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Last February, I argued that Greece should abandon the Euro. My argument went as follows: Greece will never have the economy of France or Germany, so why tie it to that strong of a currency? If it has a weaker currency for a weaker economy, then wages and prices will be more in line with economic conditions. (Paul Krugman echoed my argument--with more economic muscle--on Friday.)
It looks like events have vindicated this view. Athens erupted in riots when the austerity package passed. Three people died during the riots. The Dow dropped almost 1,000 points--though no one really knows the cause--when these riots played on cable TV.
Its not even clear that the $140 billion IMF/EU bailout will work. Felix Salmon points out that even with austerity measures and a bailout for current bonds, it's far from clear whether Greece will be able to sell its bonds at a low cost again. Basically, those creditors would be last to be paid before the IMF gets paid in the event of default--a substantial risk.
What is clear is that the worst is yet to come. These austerity measures haven't even taken effect yet, and boy will they be bad. Wage cuts and tax increases will create unemployment and a worse recession. It's like when Herbert Hoover cut the budget during the depression to pay off the deficit, thus creating a larger depression.
Again, the worst way for Greece to leave the crisis, but better than all the others, is for it to leave the Euro. Greece would have enough short-term hardship from a currency conversion to discourage the other PIGS from leaving the Euro.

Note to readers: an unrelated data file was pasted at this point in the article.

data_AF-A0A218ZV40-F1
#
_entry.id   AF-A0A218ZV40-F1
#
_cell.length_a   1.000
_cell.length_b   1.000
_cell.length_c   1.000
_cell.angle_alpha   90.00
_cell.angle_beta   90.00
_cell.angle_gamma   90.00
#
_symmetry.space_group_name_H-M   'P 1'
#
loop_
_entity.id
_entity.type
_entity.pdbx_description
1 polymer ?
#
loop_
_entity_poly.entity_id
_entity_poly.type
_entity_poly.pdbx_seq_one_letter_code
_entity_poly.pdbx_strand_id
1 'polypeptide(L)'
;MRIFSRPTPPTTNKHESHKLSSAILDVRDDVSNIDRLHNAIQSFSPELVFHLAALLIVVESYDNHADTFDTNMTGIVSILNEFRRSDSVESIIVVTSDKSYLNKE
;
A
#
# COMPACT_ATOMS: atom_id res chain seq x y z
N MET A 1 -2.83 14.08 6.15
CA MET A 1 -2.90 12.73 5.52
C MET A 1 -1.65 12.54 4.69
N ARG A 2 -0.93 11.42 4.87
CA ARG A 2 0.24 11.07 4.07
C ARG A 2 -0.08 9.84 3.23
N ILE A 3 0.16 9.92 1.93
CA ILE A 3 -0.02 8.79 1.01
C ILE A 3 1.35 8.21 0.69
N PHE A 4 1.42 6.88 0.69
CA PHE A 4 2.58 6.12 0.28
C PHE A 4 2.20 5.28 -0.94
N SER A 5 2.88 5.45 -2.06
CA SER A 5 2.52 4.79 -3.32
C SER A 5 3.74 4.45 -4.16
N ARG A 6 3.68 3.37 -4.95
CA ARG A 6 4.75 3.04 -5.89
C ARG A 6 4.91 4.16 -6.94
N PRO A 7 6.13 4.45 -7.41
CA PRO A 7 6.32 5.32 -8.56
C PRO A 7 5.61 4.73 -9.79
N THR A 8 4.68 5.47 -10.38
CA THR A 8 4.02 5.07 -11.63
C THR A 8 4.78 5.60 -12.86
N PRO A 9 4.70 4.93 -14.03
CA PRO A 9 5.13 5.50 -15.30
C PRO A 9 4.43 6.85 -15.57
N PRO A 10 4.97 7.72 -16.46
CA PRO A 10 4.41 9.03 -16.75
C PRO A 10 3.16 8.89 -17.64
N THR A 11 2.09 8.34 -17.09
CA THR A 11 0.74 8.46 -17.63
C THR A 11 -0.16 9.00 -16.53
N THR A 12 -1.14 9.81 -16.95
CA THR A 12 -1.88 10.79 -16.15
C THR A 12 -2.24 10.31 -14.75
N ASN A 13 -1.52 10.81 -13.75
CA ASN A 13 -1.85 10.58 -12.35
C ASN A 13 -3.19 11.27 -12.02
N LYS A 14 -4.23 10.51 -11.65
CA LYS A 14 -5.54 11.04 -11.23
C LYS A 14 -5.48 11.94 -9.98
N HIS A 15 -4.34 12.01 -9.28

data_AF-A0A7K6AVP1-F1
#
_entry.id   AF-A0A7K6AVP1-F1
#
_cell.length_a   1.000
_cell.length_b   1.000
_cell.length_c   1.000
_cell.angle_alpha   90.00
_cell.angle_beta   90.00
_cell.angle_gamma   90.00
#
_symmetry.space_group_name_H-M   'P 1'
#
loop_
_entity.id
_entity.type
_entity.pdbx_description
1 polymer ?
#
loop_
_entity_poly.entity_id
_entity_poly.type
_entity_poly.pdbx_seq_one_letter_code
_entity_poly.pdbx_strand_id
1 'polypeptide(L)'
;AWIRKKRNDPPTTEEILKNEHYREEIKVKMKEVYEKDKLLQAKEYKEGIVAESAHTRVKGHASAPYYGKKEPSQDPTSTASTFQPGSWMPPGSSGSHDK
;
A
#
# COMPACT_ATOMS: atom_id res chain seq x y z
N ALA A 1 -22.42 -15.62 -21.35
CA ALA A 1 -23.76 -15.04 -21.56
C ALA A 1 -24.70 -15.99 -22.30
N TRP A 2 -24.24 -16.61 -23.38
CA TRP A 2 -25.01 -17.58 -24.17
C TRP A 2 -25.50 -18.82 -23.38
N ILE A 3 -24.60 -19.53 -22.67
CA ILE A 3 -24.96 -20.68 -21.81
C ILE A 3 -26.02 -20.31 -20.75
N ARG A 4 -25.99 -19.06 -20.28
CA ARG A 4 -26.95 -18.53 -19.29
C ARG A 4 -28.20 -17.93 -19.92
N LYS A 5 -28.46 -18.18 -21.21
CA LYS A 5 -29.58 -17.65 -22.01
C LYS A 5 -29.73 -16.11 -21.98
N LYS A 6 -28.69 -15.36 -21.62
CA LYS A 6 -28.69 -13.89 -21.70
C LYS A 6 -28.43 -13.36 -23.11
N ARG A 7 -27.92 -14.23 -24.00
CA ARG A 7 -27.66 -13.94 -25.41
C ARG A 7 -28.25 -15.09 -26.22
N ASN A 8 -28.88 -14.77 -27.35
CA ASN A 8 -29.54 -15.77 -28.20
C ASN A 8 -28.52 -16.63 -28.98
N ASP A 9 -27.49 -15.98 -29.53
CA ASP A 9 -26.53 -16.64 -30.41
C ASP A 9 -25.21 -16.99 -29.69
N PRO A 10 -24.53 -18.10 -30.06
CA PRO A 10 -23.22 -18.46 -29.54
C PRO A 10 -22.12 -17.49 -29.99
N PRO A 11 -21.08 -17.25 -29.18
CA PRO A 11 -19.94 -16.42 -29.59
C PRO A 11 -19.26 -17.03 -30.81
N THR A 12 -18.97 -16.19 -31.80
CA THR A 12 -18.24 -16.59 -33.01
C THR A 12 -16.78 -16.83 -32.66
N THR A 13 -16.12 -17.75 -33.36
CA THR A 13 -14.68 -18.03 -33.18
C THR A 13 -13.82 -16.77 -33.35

Greece having its own currency would make this crisis manageable. Greece could inflate its currency to pay off its debt. Then its currency would be at a level in line with its economy. Inflation sounds bad, but its better than the alternative--higher taxes and rising prices coupled with declining job growth.
This crisis is really showing the worst of the European Union. Angela Merkel didn't want to bail out Greece for political reasons, but then had to because it was TBTF. Meanwhile, bureaucrats in in Brussels and Washington have to give Greece a painful austerity package to pay back its debt. This will create the typical outrage towards these organizations.
The case for the Euro was always more ideological than economic--it's great for travel, smaller countries can have a stable currency, it will unite Europe, etc. But the economic idea of an optimal currency area is that regions have to have similar economies for them to share currencies never applied to the continent. Perhaps Europe will one day reach that point, but it wasn't when the Maastricht Treaty was signed nor is it now, as the disparate economies of Greece and Germany illustrate.
Note, I take no pleasure in seeing the EMU fail. I'd like it to work, but with only a few advanced economies, not countries on the perimeter. If you think differently, send me an email at firstname.lastname@example.org. I'm also on Twitter. On a related note, I'm in DC, and the Greek Embassy on Massachusetts Avenue is completely swamped with visitors for an open house.